Two thousand years ago Roman philosopher Lucius Annaeus Seneca warned of ‘the futility of halfway measures.’ He was talking about the general tasks of everyday life, but may as well have been talking about city, state, federal and corporate programs designed to address climate change.
Reading through a lengthy ProPublica article about California’s cap-and-trade program, I realized it was all summed up in the title: ‘Cap and Trade Is Supposed to Solve Climate Change, but Oil and Gas Company Emissions Are Up.’
The concept of cap-and-trade is simple: industries spewing carbon and other harmful GHG’s into the atmosphere are fined big bucks which, of course, is supposed to be a major disincentive, motivating them to pollute less.
Another of Seneca’s sage advice was that a physician cannot properly prescribe a remedy without feeling the patient’s pulse. Quite obviously the State of California did not have its rule-making finger on the pulse of corporate California. Grumbling at first about paying fines for their carbon emissions, big polluters like Marathon Petroleum and Chevron adapted quickly, simply building the cap-and-trade fines into the cost of doing business. Since its carbon-reduction initiative began in 2017, CO2 emissions from California’s oil and gas industry rose by 3.7%.
ProPublica – Cap & Trade Is Supposed to Solve the Climate Crisis
To the misfortune of all of us the same story unfolds in the airline industry. Conscientious carriers like KLM, EasyJet, Qantas, Air Canada and Air New Zealand are moving toward what they describe as ‘net-zero carbon flights.’ They’re accomplishing this by buying ‘carbon offsets’. Like cap-and-trade these are self-imposed fines for the carbon their jets release into the atmosphere.
Their efforts are worse than a halfway measure. Mike Childs, of Friends of the Earth calls it “a giant con.” They are, on the one hand, cozying up to climate-minded flyers, assuaging their guilt and, on the other, trying to woo back the purists like Greta Thunberg who, entirely opposed to flying, is currently traveling back across the Atlantic on another zero-carbon yacht. But, what about the good their carbon offsets money is doing?
On average trees planted today won’t start sucking carbon out of the air for fifteen or twenty years. In 2035 they will definitely help absorb the carbons we’ll still be emitting, but meanwhile CO2 emissions from commercial airlines totals 918 million metric tons annually — 2.4% of global CO2 emissions. And there has been a 32% increase in airliner emissions over the past five years. Dirty Planet But A Clean Conscience/CNN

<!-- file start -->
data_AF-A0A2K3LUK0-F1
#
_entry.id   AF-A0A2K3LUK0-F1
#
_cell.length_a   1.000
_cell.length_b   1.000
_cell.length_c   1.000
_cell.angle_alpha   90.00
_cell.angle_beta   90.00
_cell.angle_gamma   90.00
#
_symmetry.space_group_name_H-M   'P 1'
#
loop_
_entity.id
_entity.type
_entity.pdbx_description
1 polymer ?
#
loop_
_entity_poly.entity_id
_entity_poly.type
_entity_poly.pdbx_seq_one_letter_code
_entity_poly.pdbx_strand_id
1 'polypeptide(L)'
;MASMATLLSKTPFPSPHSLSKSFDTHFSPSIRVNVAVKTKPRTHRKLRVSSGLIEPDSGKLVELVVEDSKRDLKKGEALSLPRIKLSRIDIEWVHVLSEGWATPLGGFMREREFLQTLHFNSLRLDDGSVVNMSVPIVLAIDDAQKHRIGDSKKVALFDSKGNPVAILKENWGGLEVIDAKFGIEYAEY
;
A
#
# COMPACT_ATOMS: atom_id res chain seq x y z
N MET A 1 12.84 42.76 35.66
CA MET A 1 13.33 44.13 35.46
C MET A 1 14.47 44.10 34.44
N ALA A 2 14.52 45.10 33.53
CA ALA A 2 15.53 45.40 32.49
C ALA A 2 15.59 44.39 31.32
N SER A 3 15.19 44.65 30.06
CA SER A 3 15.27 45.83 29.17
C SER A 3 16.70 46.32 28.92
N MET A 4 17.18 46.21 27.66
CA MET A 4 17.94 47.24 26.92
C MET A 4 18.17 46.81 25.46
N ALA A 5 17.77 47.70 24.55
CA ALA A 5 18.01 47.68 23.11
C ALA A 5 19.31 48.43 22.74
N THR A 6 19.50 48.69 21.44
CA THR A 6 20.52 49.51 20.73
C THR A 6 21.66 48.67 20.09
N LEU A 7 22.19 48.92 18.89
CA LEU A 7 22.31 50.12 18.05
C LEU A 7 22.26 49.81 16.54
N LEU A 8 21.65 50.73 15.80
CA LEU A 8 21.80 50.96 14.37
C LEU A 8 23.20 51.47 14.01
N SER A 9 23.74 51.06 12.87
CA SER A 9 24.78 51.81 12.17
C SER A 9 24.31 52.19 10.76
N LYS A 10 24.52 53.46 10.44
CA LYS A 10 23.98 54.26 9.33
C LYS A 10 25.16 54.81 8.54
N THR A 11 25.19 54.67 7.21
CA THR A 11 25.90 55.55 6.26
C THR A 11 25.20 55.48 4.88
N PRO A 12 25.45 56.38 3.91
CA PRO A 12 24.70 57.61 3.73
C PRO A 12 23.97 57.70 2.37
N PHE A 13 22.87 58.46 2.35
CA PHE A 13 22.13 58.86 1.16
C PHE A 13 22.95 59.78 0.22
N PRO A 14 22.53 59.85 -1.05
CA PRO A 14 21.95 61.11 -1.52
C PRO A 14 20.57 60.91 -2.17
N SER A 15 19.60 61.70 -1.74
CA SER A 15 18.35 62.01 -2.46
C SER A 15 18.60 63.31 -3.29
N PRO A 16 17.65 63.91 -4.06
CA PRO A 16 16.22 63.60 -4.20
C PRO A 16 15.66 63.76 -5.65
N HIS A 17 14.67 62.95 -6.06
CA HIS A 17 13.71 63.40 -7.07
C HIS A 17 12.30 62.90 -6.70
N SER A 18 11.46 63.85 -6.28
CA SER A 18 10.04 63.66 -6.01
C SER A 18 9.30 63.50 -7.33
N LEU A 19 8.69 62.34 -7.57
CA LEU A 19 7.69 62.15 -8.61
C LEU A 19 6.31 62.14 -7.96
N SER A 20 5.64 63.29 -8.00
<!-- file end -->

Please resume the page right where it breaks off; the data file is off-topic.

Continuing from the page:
Another misleading carbon-reduction program – one that can’t even be called a ‘halfway measure’ – is the widely promoted use of ‘renewable diesel’ in public transportation. I’m very familiar with its use here in California, where I work on climate issues with the Climate Reality Project.
Although it was supposed to be a step-beyond the false claims of bio-diesel, ‘renewable diesel’ is produced by hydro-processing animal fats and vegetable oils, then it’s mixed with petroleum diesel (the ratio of the mixture seems to be a well-kept secret). The Neste Refineries of Finland dominate the market and dominate the information available on their product. Neste’s claims that ‘renewable diesel’ reduces carbon emissions by 60% – 80% are vastly inflated by their bias.
The most comprehensive independent study of ‘renewable diesel’ I could find was conducted by the U.S. Department of Energy. Their results indicated that, on average, renewable diesel reduces carbon dioxide emissions by a mere 4.2% compared to petroleum diesel.
Yet here in the climate-conscious Bay Area, Golden Gate Transit which operates a vast fleet of commuter buses and ferries across the Bay and San Francisco’s MTA with hundreds of buses crisscrossing the city have both been claiming sustainable energy practices by touting their use of ‘renewable diesel’.
Notably, the board of directors of the Golden Gate Bridge District on October 25th 2019, voted in a ‘Climate Emergency Resolution’ promising to move as fast as they can to all-electric buses and ferries. Hopefully, other transit authorities will follow.
Halfway measures, as Seneca warned do more harm than good. Programs like cap-and-trade, carbon offsets and fuel alternatives like ‘renewable diesel’ are false gods. They let us believe we’re making progress in addressing the climate crisis. But, what little progress is made by these half-measures is dramatically countered by the diminishment of our commitment.
If we succeed in mitigating the impact of the climate crisis, it will not be by the distraction of half-measures. This crisis requires an all-out assault on fossil fuel emissions.
Again, Seneca advises well:
“Look about you for the opportunity; if you see it, grasp it, and with all your energy and with all your strength devote yourself to this task.”